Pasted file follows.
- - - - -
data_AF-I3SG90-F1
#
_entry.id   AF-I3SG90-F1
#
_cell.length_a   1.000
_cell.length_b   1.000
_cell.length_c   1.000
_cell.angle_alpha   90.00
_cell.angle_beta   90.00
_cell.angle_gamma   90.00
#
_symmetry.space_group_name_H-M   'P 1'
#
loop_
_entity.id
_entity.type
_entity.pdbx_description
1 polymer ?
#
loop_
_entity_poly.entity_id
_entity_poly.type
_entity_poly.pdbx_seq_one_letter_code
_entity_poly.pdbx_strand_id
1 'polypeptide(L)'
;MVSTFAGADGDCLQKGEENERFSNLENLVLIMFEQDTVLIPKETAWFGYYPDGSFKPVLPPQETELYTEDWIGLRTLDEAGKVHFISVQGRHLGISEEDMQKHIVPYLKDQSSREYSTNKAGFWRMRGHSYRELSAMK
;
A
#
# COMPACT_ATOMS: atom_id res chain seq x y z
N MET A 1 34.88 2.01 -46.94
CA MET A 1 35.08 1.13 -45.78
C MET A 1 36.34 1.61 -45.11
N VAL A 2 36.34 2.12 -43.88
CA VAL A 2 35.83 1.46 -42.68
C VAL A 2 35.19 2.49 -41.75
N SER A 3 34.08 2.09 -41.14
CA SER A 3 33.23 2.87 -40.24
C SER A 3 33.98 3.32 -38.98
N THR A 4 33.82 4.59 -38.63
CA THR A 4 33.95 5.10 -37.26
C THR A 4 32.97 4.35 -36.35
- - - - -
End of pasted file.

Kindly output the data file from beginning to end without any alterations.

data_AF-I3SG90-F1
#
_entry.id   AF-I3SG90-F1
#
_cell.length_a   1.000
_cell.length_b   1.000
_cell.length_c   1.000
_cell.angle_alpha   90.00
_cell.angle_beta   90.00
_cell.angle_gamma   90.00
#
_symmetry.space_group_name_H-M   'P 1'
#
loop_
_entity.id
_entity.type
_entity.pdbx_description
1 polymer ?
#
loop_
_entity_poly.entity_id
_entity_poly.type
_entity_poly.pdbx_seq_one_letter_code
_entity_poly.pdbx_strand_id
1 'polypeptide(L)'
;MVSTFAGADGDCLQKGEENERFSNLENLVLIMFEQDTVLIPKETAWFGYYPDGSFKPVLPPQETELYTEDWIGLRTLDEAGKVHFISVQGRHLGISEEDMQKHIVPYLKDQSSREYSTNKAGFWRMRGHSYRELSAMK
;
A
#
# COMPACT_ATOMS: atom_id res chain seq x y z
N MET A 1 34.88 2.01 -46.94
CA MET A 1 35.08 1.13 -45.78
C MET A 1 36.34 1.61 -45.11
N VAL A 2 36.34 2.12 -43.88
CA VAL A 2 35.83 1.46 -42.68
C VAL A 2 35.19 2.49 -41.75
N SER A 3 34.08 2.09 -41.14
CA SER A 3 33.23 2.87 -40.24
C SER A 3 33.98 3.32 -38.98
N THR A 4 33.82 4.59 -38.63
CA THR A 4 33.95 5.10 -37.26
C THR A 4 32.97 4.35 -36.35